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J Thorac Cardiovasc Surg. 1998 Jan;115(1):1-8.

Efficiency of a high-titer retroviral vector for gene transfer into skeletal myoblasts.

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Department of Cardiothoracic Surgery, Imperial College School of Medicine, National Heart and Lung Institute, London, United Kingdom.



Genetic transformation of skeletal myoblasts for myocardial repair is dependent on an efficient gene transfer system that integrates the genes of interest into the genome of the target cell and its progeny. The aim of this investigation was to evaluate the use of a new retrovirally based gene transfer system for this purpose.


MFGnlslacZ retroviral vector, packaged in high-titer, split-genome packaging cell line (FLYA4) was used to transduce the skeletal myoblast cell line L6. L6 cells, cultured in 10% fetal calf serum, were transduced with the MFGnlslacZ vector by means of filtered supernatant from FLYA4 cells. Transduced L6 cells were divided into four groups. Group I cells were fixed as myoblasts 3 days after transduction. Group II cells were allowed to differentiate into myotubes. Group III cells were split every 3 days for 4 months. Group IV cells were split as in group III but then allowed to differentiate into myotubes. All samples were fixed and stained for beta-galactosidase activity. The effects on gene transfer of transforming growth factor-beta, insulin-like growth factor-I, and platelet-derived growth factor were determined by spectrophotometric assay of beta-galactosidase activity in cells transduced in the presence or absence of serum with 0 to 200 ng/ml of each growth factor.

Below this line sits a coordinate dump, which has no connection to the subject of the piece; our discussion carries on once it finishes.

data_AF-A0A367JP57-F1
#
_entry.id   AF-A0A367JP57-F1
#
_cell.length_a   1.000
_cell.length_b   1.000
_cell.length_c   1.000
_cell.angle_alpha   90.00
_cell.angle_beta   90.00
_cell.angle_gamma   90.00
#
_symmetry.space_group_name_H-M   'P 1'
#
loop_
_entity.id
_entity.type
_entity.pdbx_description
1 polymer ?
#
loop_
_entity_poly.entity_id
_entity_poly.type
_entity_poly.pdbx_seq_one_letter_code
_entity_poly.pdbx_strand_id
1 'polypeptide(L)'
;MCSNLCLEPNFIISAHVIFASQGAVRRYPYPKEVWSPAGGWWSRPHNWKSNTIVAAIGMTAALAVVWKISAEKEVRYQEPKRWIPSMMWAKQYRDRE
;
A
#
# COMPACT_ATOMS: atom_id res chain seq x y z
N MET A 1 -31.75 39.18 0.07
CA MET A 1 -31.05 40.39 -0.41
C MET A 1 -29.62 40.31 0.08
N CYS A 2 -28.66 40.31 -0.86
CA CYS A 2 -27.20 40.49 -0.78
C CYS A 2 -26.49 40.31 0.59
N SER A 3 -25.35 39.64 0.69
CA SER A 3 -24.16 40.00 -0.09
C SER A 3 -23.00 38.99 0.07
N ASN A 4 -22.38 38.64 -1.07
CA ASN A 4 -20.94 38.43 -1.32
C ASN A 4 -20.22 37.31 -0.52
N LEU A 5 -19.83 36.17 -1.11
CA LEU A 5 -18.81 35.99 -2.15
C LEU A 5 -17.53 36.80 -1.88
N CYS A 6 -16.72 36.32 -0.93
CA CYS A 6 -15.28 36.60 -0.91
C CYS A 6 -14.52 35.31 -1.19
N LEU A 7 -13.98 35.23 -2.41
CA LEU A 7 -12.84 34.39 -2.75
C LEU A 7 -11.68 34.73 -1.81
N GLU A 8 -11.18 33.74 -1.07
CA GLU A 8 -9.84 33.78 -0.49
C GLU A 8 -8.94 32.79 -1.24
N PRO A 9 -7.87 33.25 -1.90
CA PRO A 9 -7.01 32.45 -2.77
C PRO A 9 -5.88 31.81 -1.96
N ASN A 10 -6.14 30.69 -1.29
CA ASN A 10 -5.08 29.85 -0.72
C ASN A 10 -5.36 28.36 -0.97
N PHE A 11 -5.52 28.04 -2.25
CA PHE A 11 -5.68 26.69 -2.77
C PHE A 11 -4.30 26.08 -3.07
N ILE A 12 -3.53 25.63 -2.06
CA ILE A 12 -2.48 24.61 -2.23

Morphometric analysis showed that 66.3% +/- 3% to 69.6% +/- 6% of cells in group I to IV expressed the lacZ reporter gene. In the presence of serum, transforming growth factor-beta significantly inhibited gene transfer, whereas insulin-like growth factor-I and platelet-derived growth factor significantly enhanced gene transfer. In absence of serum, however, only platelet-derived growth factor enhanced retrovirally mediated gene transfer into skeletal myoblasts.


MFG retroviral vectors packaged in FLYA4 cells are efficient in gene transfer into skeletal myoblasts and result in transgenic expression that is maintained after repeated cell division, differentiation, or both. Platelet-derived growth factor enhances retrovirally mediated gene transfer into skeletal myoblasts.

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